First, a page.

As the UWUA continues its focus on the safety of the nation’s nuclear power reactors, the union has been turning its attention to what safety means in the context of decommissioning these reactors, if and when they close. With four UWUA facilities having announced either a firm decision to close in Massachusetts, Michigan, and New York, or a possibility of closure if circumstances remain unchanged, in Ohio, the leadership of the four affected locals, along with the National Union, is continuing dialogue with the effected companies, Entergy and First Energy Solutions, regarding the future of their workforce.
This July, the union will be sitting down with officials from Entergy to discuss the future of UWUA members’ work at their plants beyond the cessation of reactor operations. It has long been the position of the UWUA that no one is better trained, or more knowledgeable about the safe decommissioning of nuclear powerplants, than the workers who have spent years, even decades, operating and maintaining these facilities all along. With some corporations in the industry moving to outsource decommissioning work, the UWUA’s focus will remain on fighting for a role for those workers who are already in place, ready and able to do the job safely.
Meanwhile, in the wake of a bankruptcy filing by First Energy Solutions, the UWUA has taken an active role in the unfolding case, having been named to the creditors’ committee along with other affected First Energy unions.
To date, the company has agreed to honor existing contracts but has made it clear that all its powerplants, including the Perry Nuclear Power Station in Ohio, are in danger of being closed. In response, the UWUA has continued its advocacy for market reforms to properly price the reliability and security value of these facilities into wholesale electric markets, and has begun to reach out to private investors to gauge interest in new investment for plants such as the Perry nuclear facility.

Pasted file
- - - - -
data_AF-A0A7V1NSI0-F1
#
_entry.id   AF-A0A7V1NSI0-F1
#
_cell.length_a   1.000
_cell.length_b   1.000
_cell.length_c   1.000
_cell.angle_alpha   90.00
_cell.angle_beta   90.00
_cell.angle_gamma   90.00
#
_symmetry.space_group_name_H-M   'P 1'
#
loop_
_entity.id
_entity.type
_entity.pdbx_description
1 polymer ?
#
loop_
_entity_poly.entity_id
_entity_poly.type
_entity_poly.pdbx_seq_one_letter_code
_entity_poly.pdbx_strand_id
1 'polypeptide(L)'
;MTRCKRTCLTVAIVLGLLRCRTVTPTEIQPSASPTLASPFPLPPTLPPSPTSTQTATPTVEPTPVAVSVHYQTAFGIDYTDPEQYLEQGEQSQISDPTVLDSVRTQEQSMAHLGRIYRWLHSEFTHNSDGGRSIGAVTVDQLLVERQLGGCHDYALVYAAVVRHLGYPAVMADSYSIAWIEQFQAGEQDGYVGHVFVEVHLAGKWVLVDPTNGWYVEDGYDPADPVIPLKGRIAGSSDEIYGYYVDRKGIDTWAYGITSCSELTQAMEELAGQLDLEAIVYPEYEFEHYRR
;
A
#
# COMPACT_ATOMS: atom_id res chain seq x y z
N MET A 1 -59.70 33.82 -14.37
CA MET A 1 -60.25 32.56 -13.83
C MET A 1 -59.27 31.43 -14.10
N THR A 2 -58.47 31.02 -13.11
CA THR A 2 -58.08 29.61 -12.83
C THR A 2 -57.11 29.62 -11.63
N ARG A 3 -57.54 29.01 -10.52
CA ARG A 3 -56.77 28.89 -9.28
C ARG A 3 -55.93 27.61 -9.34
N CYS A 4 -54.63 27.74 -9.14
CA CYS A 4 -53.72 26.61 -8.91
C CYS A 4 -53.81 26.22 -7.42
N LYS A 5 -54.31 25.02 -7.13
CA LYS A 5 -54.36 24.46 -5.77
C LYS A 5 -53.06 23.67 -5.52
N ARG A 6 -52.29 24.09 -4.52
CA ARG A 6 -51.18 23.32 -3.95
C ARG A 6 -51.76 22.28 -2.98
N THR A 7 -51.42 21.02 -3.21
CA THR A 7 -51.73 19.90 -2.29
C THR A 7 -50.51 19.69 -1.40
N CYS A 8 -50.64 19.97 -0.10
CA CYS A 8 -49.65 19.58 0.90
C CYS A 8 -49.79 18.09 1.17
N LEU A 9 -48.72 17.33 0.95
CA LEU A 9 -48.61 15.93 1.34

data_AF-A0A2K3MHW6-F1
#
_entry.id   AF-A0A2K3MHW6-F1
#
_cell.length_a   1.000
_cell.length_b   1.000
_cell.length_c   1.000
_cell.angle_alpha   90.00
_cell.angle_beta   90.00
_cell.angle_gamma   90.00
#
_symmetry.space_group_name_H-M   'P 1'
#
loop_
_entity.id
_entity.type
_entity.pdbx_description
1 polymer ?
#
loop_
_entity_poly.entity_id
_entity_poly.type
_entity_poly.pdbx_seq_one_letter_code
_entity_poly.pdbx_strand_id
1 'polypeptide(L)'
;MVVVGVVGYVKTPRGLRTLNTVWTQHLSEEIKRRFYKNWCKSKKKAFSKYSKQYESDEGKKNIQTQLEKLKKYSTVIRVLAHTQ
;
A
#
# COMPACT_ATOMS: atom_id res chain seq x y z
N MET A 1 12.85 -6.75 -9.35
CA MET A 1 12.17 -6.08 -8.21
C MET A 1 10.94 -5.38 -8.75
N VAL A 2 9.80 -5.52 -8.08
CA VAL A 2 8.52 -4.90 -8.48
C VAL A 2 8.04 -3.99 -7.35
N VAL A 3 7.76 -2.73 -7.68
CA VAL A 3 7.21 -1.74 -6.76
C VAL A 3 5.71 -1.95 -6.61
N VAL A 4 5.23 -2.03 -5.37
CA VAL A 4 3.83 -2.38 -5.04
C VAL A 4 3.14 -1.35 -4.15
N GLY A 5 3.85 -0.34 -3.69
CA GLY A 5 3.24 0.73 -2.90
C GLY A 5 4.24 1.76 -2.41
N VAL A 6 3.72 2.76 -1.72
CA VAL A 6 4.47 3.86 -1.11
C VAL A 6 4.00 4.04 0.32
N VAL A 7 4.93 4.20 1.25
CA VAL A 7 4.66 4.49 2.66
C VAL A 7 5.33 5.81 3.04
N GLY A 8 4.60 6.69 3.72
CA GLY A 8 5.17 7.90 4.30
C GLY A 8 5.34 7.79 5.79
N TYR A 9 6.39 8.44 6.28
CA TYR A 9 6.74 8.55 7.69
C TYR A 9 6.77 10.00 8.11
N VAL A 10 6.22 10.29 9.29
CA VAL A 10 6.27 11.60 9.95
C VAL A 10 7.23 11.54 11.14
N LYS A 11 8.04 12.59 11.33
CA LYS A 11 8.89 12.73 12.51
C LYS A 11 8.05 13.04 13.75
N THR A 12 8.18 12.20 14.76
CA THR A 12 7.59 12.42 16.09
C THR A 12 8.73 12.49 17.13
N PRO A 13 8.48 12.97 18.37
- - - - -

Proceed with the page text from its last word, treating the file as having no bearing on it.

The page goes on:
The future of wind energy
Looking to the future of jobs in the offshore wind energy industry, the UWUA recently reached agreement with project developers, area educators and other labor unions to develop a training center in New Bedford, MA to prepare future UWUA members for work in the operation and maintenance of wind generators along the Atlantic seaboard. Working with Orsted North America, Eversource Energy, Bristol Community College, the Massachusetts Maritime Academy and unions such as the IBEW and Ironworkers, these agreements set the stage for the development of this concept, one that, over time, will train workers for high-road union jobs as more and more wind turbines are built offshore.
Currently planned developments by companies such as Vineyard Wind and Deepwater Wind would be the first industrial-scale offshore wind farms in the United States, located off the coasts of Massachusetts and Rhode Island. Over time, as this new energy source becomes more fully developed along the Atlantic coast, the UWUA will continue to seek new opportunities for current and future members to find work.
“Clean energy is the industry of the future,” said Phillip Trombly, UWUA regional director of Offshore Wind. “We are 100% confident that this resource is not only well positioned to deliver clean power for the homes and businesses along the east coast at a good price, but also to provide future opportunities for regional workforces needed for this brand-new industry to fully develop here in the United States.”
Through these new agreements on training, the UWUA has charted a path toward a bright offshore energy future, one that will employ union members for decades to come.